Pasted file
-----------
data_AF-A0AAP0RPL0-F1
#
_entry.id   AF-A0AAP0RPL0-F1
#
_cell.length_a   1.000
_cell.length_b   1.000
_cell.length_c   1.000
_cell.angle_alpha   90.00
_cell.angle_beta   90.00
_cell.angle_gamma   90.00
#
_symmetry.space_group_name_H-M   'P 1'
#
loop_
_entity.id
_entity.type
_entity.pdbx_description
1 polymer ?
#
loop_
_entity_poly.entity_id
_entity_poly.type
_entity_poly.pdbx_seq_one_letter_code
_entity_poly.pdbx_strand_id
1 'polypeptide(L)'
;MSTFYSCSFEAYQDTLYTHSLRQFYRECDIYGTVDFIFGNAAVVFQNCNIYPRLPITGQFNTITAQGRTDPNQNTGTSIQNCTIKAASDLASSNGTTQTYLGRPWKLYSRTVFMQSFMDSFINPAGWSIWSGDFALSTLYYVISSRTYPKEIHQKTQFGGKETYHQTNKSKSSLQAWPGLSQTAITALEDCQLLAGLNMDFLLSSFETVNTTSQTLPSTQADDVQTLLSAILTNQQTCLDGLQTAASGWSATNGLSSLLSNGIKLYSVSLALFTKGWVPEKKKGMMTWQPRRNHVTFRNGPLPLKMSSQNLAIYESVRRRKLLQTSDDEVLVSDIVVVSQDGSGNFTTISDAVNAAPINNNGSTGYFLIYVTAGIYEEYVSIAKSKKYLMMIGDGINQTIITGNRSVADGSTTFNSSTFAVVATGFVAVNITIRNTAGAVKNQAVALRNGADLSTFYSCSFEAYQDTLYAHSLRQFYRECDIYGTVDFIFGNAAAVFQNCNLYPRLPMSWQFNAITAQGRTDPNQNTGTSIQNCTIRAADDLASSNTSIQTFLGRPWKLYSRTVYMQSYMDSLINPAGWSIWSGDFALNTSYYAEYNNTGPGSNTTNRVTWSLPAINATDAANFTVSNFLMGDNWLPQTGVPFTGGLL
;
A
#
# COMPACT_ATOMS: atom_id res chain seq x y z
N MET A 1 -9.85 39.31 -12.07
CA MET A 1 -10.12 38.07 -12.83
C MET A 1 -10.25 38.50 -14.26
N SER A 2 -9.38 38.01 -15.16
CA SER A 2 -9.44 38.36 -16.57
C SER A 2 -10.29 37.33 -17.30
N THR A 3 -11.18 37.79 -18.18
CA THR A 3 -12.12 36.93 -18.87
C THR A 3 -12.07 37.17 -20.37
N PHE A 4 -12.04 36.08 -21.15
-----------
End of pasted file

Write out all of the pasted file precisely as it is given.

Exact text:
data_AF-A0AAP0RPL0-F1
#
_entry.id   AF-A0AAP0RPL0-F1
#
_cell.length_a   1.000
_cell.length_b   1.000
_cell.length_c   1.000
_cell.angle_alpha   90.00
_cell.angle_beta   90.00
_cell.angle_gamma   90.00
#
_symmetry.space_group_name_H-M   'P 1'
#
loop_
_entity.id
_entity.type
_entity.pdbx_description
1 polymer ?
#
loop_
_entity_poly.entity_id
_entity_poly.type
_entity_poly.pdbx_seq_one_letter_code
_entity_poly.pdbx_strand_id
1 'polypeptide(L)'
;MSTFYSCSFEAYQDTLYTHSLRQFYRECDIYGTVDFIFGNAAVVFQNCNIYPRLPITGQFNTITAQGRTDPNQNTGTSIQNCTIKAASDLASSNGTTQTYLGRPWKLYSRTVFMQSFMDSFINPAGWSIWSGDFALSTLYYVISSRTYPKEIHQKTQFGGKETYHQTNKSKSSLQAWPGLSQTAITALEDCQLLAGLNMDFLLSSFETVNTTSQTLPSTQADDVQTLLSAILTNQQTCLDGLQTAASGWSATNGLSSLLSNGIKLYSVSLALFTKGWVPEKKKGMMTWQPRRNHVTFRNGPLPLKMSSQNLAIYESVRRRKLLQTSDDEVLVSDIVVVSQDGSGNFTTISDAVNAAPINNNGSTGYFLIYVTAGIYEEYVSIAKSKKYLMMIGDGINQTIITGNRSVADGSTTFNSSTFAVVATGFVAVNITIRNTAGAVKNQAVALRNGADLSTFYSCSFEAYQDTLYAHSLRQFYRECDIYGTVDFIFGNAAAVFQNCNLYPRLPMSWQFNAITAQGRTDPNQNTGTSIQNCTIRAADDLASSNTSIQTFLGRPWKLYSRTVYMQSYMDSLINPAGWSIWSGDFALNTSYYAEYNNTGPGSNTTNRVTWSLPAINATDAANFTVSNFLMGDNWLPQTGVPFTGGLL
;
A
#
# COMPACT_ATOMS: atom_id res chain seq x y z
N MET A 1 -9.85 39.31 -12.07
CA MET A 1 -10.12 38.07 -12.83
C MET A 1 -10.25 38.50 -14.26
N SER A 2 -9.38 38.01 -15.16
CA SER A 2 -9.44 38.36 -16.57
C SER A 2 -10.29 37.33 -17.30
N THR A 3 -11.18 37.79 -18.18
CA THR A 3 -12.12 36.93 -18.87
C THR A 3 -12.07 37.17 -20.37
N PHE A 4 -12.04 36.08 -21.15